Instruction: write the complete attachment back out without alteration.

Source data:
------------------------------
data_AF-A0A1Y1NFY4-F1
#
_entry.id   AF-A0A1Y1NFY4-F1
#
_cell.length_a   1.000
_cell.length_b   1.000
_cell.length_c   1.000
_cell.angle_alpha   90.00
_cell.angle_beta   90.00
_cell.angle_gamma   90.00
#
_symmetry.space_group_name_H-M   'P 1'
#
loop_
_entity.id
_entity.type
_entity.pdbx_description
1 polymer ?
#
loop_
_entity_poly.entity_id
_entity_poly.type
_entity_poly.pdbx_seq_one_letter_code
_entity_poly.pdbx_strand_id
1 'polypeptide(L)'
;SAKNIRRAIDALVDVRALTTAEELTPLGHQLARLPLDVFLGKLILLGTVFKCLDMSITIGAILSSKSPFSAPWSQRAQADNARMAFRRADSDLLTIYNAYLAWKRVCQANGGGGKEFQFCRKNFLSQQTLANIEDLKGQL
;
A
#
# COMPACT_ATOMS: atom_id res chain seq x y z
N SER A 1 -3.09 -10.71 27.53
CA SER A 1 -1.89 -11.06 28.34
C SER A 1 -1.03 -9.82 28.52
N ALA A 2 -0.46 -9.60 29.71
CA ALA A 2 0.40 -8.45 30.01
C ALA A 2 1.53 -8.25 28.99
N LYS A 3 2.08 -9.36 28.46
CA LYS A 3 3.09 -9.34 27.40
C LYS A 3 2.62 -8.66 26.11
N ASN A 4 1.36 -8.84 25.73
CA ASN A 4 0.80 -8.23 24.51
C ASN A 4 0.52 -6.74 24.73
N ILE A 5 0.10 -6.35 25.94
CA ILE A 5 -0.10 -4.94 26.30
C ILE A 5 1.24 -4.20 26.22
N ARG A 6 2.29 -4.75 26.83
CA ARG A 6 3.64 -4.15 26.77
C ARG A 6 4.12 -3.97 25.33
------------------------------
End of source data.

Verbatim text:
data_AF-A0A1Y1NFY4-F1
#
_entry.id   AF-A0A1Y1NFY4-F1
#
_cell.length_a   1.000
_cell.length_b   1.000
_cell.length_c   1.000
_cell.angle_alpha   90.00
_cell.angle_beta   90.00
_cell.angle_gamma   90.00
#
_symmetry.space_group_name_H-M   'P 1'
#
loop_
_entity.id
_entity.type
_entity.pdbx_description
1 polymer ?
#
loop_
_entity_poly.entity_id
_entity_poly.type
_entity_poly.pdbx_seq_one_letter_code
_entity_poly.pdbx_strand_id
1 'polypeptide(L)'
;SAKNIRRAIDALVDVRALTTAEELTPLGHQLARLPLDVFLGKLILLGTVFKCLDMSITIGAILSSKSPFSAPWSQRAQADNARMAFRRADSDLLTIYNAYLAWKRVCQANGGGGKEFQFCRKNFLSQQTLANIEDLKGQL
;
A
#
# COMPACT_ATOMS: atom_id res chain seq x y z
N SER A 1 -3.09 -10.71 27.53
CA SER A 1 -1.89 -11.06 28.34
C SER A 1 -1.03 -9.82 28.52
N ALA A 2 -0.46 -9.60 29.71
CA ALA A 2 0.40 -8.45 30.01
C ALA A 2 1.53 -8.25 28.99
N LYS A 3 2.08 -9.36 28.46
CA LYS A 3 3.09 -9.34 27.40
C LYS A 3 2.62 -8.66 26.11
N ASN A 4 1.36 -8.84 25.73
CA ASN A 4 0.80 -8.23 24.51
C ASN A 4 0.52 -6.74 24.73
N ILE A 5 0.10 -6.35 25.94
CA ILE A 5 -0.10 -4.94 26.30
C ILE A 5 1.24 -4.20 26.22
N ARG A 6 2.29 -4.75 26.83
CA ARG A 6 3.64 -4.15 26.77
C ARG A 6 4.12 -3.97 25.33